We get asked a lot about Trivial Benefits, as HMRC has specific guidance surrounding amounts you can pay to your employees, which won’t attract tax issues for you or them.
So what is a trivial benefit?
- Trivial benefits are payments to your team, and have to be under £50 each time.
- They can’t be to reward employees for performance, can’t be working lunches, and shouldn’t be cash or vouchers.
What counts as a trivial benefit?
- it cost you £50 or less to provide
- it isn’t cash or a cash voucher
- it isn’t a reward for their work or performance
- it’s not in the terms of their contract
- it can’t be a working lunch
If it is any of these things, then it is a taxable benefit in kind, and needs to be reported each tax year on a P11D.
Examples of trivial benefits:
- Sending gifts or flowers to team members for birthdays or celebrations
- Taking the team for lunch or a night out
- Getting treats delivered to the office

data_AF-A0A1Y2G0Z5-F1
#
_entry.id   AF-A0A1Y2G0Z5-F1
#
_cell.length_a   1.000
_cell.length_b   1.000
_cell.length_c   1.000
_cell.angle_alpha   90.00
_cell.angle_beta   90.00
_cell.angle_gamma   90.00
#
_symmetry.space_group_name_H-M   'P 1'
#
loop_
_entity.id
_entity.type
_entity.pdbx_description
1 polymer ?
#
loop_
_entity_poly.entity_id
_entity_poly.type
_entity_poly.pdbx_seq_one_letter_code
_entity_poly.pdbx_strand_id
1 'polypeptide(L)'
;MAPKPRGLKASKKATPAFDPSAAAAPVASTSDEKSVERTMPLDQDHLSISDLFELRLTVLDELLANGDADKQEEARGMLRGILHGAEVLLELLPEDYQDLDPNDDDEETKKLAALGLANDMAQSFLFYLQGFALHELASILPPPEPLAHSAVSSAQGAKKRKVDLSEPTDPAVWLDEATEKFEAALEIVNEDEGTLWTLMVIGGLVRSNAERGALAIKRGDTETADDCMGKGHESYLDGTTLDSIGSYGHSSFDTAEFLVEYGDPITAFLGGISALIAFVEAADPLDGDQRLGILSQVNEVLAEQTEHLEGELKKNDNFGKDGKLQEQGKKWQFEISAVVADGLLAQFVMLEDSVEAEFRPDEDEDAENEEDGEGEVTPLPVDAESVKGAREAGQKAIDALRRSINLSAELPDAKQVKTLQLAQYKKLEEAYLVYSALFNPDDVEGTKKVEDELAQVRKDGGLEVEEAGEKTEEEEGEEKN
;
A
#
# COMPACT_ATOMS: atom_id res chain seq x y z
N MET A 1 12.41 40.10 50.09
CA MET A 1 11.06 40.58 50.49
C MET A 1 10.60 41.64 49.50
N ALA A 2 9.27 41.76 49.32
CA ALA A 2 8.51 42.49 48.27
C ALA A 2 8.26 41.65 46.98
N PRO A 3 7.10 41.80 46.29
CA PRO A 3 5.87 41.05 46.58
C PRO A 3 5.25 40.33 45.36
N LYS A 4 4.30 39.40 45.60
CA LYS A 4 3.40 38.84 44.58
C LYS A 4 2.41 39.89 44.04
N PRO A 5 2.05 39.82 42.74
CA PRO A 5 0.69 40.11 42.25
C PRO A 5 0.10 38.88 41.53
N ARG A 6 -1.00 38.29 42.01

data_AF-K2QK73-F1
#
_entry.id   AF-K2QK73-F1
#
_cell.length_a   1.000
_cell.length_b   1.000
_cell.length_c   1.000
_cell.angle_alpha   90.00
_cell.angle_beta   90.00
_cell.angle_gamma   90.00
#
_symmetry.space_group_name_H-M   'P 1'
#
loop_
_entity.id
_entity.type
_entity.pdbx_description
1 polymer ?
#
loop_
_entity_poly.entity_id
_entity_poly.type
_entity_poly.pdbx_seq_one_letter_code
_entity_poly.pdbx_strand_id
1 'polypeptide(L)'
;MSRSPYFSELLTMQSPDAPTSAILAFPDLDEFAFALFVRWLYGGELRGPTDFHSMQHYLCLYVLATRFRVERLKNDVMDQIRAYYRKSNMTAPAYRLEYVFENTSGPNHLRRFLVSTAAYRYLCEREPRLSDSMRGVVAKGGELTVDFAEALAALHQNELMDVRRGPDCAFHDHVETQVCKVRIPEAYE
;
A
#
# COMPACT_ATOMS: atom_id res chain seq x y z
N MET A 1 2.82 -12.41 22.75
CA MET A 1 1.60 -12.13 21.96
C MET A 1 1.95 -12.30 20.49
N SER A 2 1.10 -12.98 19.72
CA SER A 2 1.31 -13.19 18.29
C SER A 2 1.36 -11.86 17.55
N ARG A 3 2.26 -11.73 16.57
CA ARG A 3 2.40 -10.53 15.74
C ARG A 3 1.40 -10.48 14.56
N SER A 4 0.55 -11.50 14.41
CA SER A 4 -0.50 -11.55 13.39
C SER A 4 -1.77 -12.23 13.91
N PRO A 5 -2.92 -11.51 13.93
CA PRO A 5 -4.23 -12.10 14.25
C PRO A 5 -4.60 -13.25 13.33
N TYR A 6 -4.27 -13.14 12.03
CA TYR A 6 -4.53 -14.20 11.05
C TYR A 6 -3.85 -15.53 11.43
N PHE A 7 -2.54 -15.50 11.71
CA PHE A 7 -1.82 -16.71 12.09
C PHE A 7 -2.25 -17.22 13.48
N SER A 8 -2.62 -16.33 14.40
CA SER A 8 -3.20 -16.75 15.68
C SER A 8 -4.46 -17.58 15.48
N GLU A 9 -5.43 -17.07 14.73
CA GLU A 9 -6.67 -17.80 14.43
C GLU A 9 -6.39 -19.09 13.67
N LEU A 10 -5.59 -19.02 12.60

- Arranging food deliveries to team members’ homes (very useful during lockdown!)
What about company directors?
- You can still receive trivial benefits if you’re a director of your own company.
- But you’re restricted to £300 per tax year.
What’s a P11D?
We have created a separate blog on P11Ds that goes into more detail, but here’s a quick overview:
A P11D is a report each tax year to HMRC, and includes taxable benefits and expenses your employee might have received.
These could include:
- motor vehicles for private use
- fuel for your vehicle
- mileage paid above HMRC’s approved rates
- private medical treatment or insurance
- interest free and low interest loans above £10,000
- anything that isn’t a trivial benefit
- Get in touch with the team today if you’re not sure what counts as a trivial benefit, or book in a 30 minute specialist advice call with Sharon.